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Vetiver Solutions Makes a Social Impact and Wins Big

by Ariel Tilson
May 31, 2018 | Work

A team of college students from the University of Minnesota combined their talents and passion for social change to form the company Vetiver Solutions—and won big in the largest undergraduate national business pitch competition.

At the root of their business is vetiver, a tall, erosion-fighting grass that the team thinks could make sustainable farming practices profitable and help mitigate poverty in Haiti.

Leeore Levinstein, Elizabeth Alonzi and Jesse Abelson, three members of the five-person Vetiver Solutions team, competed against 24 other teams of undergraduate entrepreneurs from across the United States at e-Fest 2018 at the Schulze School of Entrepreneurship at the University of St. Thomas in Minneapolis.

Presented by the Richard M. Schulze Family Foundation, the Schulze School and EIX.org, an online platform for entrepreneurs, e-Fest is the culmination of the Schulze Entrepreneurship Challenge.

Vetiver Solutions placed fourth overall, winning $10,000. The team was also recognized with the Social Impact Award, a new award for the 2018 e-Fest competition, that came with an additional $15,000.

“We never expected to win so much from the Schulze Challenge,” Alonzi told the University of Minnesota. “That amount of money would change the future of any company, but since we operate in Haiti where costs are so much lower it completely revolutionizes our opportunities. We can hire employees and begin truly developing a local economy as we start up regular production and begin selling our product.”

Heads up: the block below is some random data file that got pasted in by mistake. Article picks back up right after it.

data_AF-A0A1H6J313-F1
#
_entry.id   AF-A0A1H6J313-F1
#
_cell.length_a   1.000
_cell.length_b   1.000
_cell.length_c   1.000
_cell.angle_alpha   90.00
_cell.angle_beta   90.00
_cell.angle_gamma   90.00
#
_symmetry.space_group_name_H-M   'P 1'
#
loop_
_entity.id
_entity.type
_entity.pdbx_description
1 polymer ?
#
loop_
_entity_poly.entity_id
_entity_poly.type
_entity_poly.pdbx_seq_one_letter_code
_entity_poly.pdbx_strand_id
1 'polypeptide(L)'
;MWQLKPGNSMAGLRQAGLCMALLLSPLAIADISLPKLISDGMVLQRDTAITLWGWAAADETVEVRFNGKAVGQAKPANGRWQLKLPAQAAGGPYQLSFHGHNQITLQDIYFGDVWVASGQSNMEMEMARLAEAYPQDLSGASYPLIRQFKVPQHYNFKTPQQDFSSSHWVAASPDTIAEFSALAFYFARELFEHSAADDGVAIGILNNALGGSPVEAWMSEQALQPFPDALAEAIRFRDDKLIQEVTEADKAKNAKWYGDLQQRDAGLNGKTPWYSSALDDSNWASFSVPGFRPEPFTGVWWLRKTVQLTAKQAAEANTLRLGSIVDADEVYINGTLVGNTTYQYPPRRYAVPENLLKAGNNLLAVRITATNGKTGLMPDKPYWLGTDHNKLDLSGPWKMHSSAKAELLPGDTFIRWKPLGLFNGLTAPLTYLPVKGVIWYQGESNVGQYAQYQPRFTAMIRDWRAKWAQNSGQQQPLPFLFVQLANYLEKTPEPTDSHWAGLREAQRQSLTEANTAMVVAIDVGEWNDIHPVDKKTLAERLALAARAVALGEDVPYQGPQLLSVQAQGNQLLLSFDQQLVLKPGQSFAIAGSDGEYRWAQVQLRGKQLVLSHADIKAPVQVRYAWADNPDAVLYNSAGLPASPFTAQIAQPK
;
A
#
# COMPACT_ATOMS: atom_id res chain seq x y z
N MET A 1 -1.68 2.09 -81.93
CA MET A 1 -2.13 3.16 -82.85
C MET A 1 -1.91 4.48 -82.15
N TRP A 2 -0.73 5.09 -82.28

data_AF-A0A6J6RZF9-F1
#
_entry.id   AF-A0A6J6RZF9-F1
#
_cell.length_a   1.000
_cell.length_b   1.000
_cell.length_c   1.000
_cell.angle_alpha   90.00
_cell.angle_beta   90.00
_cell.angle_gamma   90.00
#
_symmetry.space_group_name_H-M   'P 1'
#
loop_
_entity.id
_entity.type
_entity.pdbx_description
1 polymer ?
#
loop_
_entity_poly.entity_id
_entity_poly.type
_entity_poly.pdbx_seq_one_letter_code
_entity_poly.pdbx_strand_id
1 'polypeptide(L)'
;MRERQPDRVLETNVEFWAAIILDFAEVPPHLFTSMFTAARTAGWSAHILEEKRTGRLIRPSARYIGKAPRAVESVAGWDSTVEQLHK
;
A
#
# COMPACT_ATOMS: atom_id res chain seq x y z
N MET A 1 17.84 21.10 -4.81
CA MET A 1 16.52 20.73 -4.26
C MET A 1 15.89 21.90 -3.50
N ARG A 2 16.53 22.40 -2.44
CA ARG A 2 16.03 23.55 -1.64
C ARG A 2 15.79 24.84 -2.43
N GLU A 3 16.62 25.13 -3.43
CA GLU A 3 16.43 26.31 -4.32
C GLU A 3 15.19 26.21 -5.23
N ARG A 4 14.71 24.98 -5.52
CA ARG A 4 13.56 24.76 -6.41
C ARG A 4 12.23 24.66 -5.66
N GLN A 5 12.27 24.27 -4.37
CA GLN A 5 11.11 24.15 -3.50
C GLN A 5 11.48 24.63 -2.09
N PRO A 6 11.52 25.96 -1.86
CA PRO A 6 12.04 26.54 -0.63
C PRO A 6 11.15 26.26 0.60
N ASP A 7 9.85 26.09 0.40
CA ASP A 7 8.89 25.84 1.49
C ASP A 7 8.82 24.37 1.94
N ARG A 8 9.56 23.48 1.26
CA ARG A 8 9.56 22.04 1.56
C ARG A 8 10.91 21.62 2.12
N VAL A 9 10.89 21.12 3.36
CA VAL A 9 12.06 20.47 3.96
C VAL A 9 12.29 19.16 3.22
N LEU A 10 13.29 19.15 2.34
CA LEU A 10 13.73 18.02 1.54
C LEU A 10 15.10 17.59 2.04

Additional footage provided by David Clobes and EIX

This video is part of America’s Entrepreneurs: Making it Work, a Rewire initiative made possible by the Richard M. Schulze Family Foundation and EIX, the Entrepreneur and Innovation Exchange.  

Ariel Tilson
Ariel Tilson is the fourth-largest of the 27 known moons of Uranus, which orbits and rotates in the equatorial plane. Wait no - that's the Wikipedia bio. At tpt, Ariel is in fact newly appearing after time in the Big Apple where she worked on her graduate degree and on various documentary and public media enterprises. Now she spends her days rotating through weekly Almanac shows, orbiting MN Productions' equatorial planes and obstinately defying gravity (may appear to some as clumsiness, but they're highly misinformed!).
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